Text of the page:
With combination of octa-core CPU consisting of four custom CPUs for performance and four Cortex-A55 for efficiency, the Exynos 9810 offers greater processing power for intensive tasks resulting in seamless multi-tasking and computing experience.

Notably, the Exynos 9810 is built on the 2nd generation 10nm FinFET process to deliver a powerful performance with less power.

The Exynos 9810 embeds LTE modem that supports category 18 with 6CA(carrier aggregation) for downlink and 2CA for uplink. With faster downlink and uplink speed of up to 1.2Gbps and 200Mbps respectively, the Exynos 9810 allows new kinds of video experience such as streaming of high quality virtual reality contents.

To maximize data throughput, the embedded modem supports 4×4 MIMO (Multiple-Input, Multiple-Output) and higher-order 256 QAM (Quadrature Amplitude Modulation) scheme, and utilizes eLAA (enhanced Licensed-Assisted Access).

The Exynos 9810 enables secure mobile experience with powerful features dedicated to security. The Exynos 9810 safeguards sensitive security software against malicious attack by combining binary encryption with enhanced DRAM encryption. The Exynos 9810 also features firewalls that isolate internal sub-systems from each other.

For instance, with a firewall setup around modem or Wi-Fi sub-system, the processor is able to protect the main system against an unauthorized remote access via modem or Wi-Fi. Furthermore, the advanced hardware design utilizing a concept of secure and non-secure worlds hastens the growth of security-based mobile experiences such as payment, biometric authentications, UHD DRM, and so on.

Which one is best for me?

The obvious question you may have is, which of the SoCs above is best for me?

In case you’re buying one of the last-gen Android tablets and smartphones available out there, which will surely pack one of the SoCs mentioned above, then you’re likely to get a similar performance across the board. Sure, every SoC manufacturer will defend its own brand with words like “power efficiency,” “high performance,” “3D graphics,” “full HD video,” but all these competing platforms will offer overall enjoyable user experiences with few differences between them.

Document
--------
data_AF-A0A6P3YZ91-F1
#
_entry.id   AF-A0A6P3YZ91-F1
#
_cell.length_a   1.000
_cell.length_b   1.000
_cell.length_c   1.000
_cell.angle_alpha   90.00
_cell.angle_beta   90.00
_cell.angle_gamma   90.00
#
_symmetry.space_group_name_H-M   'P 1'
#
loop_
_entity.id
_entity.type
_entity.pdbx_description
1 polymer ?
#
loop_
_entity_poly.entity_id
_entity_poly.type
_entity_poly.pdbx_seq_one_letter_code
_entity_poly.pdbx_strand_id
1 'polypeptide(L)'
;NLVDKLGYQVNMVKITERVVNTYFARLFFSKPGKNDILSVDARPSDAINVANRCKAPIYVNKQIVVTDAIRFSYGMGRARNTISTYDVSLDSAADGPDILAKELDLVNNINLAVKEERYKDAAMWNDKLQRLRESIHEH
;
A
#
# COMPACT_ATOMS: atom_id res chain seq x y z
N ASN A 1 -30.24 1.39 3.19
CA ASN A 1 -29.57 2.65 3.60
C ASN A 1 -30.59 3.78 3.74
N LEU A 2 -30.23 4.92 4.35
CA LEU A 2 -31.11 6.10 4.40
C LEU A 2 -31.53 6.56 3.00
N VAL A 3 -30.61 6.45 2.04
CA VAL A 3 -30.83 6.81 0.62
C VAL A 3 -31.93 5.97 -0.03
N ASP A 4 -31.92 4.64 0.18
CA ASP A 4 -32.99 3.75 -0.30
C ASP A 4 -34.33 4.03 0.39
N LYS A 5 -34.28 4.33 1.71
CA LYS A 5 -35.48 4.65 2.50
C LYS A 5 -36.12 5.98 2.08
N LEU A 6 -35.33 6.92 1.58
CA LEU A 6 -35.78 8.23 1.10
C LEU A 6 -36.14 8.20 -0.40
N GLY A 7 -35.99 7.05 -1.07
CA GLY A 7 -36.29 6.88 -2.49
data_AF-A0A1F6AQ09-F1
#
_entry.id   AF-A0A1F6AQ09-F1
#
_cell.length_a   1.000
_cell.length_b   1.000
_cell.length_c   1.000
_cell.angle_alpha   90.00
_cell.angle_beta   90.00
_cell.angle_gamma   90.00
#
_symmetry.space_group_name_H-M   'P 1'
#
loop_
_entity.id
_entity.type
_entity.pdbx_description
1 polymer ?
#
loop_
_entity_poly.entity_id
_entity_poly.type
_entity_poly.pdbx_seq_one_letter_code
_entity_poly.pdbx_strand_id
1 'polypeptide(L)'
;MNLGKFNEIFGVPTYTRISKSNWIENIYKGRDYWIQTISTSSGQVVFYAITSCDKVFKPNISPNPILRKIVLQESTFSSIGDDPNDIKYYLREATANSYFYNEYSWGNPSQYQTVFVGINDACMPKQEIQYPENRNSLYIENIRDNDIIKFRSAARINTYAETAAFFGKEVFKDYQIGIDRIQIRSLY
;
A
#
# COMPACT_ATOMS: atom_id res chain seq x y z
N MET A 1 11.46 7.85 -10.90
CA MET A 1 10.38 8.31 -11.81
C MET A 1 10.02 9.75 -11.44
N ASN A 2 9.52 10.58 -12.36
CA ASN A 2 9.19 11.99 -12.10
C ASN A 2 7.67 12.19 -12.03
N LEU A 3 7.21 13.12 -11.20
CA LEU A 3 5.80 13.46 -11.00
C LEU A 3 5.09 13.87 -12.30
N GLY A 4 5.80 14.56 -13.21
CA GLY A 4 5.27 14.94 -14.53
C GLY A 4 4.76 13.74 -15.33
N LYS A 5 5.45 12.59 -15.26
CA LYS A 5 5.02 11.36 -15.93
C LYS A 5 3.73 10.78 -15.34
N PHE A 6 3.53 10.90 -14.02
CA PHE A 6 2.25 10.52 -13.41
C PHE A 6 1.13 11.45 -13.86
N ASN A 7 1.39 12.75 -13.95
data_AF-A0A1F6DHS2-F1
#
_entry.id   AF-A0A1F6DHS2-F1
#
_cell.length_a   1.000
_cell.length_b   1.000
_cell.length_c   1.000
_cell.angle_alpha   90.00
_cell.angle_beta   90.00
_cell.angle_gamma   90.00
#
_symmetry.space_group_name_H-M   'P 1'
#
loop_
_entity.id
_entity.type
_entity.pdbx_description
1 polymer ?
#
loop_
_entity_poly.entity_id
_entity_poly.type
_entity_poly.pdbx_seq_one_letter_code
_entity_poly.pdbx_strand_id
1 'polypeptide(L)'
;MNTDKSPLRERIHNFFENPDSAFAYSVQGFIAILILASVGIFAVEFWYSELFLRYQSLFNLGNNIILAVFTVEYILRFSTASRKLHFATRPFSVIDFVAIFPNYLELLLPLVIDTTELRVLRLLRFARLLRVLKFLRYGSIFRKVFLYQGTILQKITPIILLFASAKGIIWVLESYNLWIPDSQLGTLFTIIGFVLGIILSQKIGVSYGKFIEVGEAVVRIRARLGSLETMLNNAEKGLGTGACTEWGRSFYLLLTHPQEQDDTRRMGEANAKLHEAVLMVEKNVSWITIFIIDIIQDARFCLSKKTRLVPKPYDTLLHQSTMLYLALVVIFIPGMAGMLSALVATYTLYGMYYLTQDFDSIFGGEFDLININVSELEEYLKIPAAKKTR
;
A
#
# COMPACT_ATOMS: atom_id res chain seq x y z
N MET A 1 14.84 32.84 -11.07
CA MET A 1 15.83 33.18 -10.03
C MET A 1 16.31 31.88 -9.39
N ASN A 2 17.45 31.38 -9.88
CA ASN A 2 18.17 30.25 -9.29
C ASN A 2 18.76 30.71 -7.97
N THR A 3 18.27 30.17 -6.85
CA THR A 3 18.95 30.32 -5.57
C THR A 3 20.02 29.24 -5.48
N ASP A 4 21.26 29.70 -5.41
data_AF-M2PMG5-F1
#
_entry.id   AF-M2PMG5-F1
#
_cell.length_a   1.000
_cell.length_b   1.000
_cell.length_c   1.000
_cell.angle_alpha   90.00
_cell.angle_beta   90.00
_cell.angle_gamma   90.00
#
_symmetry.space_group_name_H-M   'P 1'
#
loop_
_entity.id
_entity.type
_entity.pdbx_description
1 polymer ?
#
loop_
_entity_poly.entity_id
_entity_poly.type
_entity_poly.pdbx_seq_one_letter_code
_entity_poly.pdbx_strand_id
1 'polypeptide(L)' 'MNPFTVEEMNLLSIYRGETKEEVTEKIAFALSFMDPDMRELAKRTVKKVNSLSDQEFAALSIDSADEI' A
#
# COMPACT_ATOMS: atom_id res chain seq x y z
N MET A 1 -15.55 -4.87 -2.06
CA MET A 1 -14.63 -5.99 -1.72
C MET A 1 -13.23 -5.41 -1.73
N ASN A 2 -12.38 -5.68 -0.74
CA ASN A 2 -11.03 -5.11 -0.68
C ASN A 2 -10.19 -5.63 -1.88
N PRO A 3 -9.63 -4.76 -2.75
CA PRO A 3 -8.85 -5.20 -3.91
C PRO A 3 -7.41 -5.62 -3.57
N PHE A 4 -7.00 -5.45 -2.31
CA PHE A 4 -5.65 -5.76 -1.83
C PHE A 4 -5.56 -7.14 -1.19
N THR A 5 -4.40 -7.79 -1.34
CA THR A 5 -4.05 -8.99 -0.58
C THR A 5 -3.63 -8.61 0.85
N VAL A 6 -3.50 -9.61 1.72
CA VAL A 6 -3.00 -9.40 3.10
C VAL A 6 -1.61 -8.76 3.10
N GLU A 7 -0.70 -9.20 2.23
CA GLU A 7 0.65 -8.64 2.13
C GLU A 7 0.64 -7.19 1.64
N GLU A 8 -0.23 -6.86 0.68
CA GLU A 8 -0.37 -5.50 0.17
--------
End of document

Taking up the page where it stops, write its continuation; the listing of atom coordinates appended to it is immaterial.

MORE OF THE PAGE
The fact remains that you shouldn’t buy a new device after looking only at SoC capabilities, but you should consider more factors like wireless connectivity, camera performance, and storage, in order to make a more informed purchase.

In case you want to buy a new/second-hand older Android device, then you should pay attention to its SoC and its capabilities, and check out performance comparisons (benchmark tests) to see how your chosen device fares against other devices.

And let’s not forget that all companies mentioned above are already working on next-gen SoCs, and we can’t wait to see what next year’s smartphones and tablets will be able to do thanks to new internal components and improved operating systems.


What is SoC in IoT?

The Internet of Things (IoT) is the interconnection of millions of autonomous devices to the internet. … Many of these new IoT inventions will be implemented with a single system on a chip (SoC) to provide the highest level of integration and conservation of area.

 What is SoC and NOC?

The NOC is usually responsible for monitoring and maintaining the overall network infrastructure, and its primary function is to ensure uninterrupted network service. The SOC is responsible for protecting networks, as well as web sites, applications, databases, servers and data centers, and other technologies.

 What does an SOC analyst do?

SOC staff includes analysts, security engineers, and SOC managers who should be seasoned IT and networking professionals. They are usually trained in computer engineering, cryptography, network engineering, or computer science and may have credentials such as CISSP or GIAC.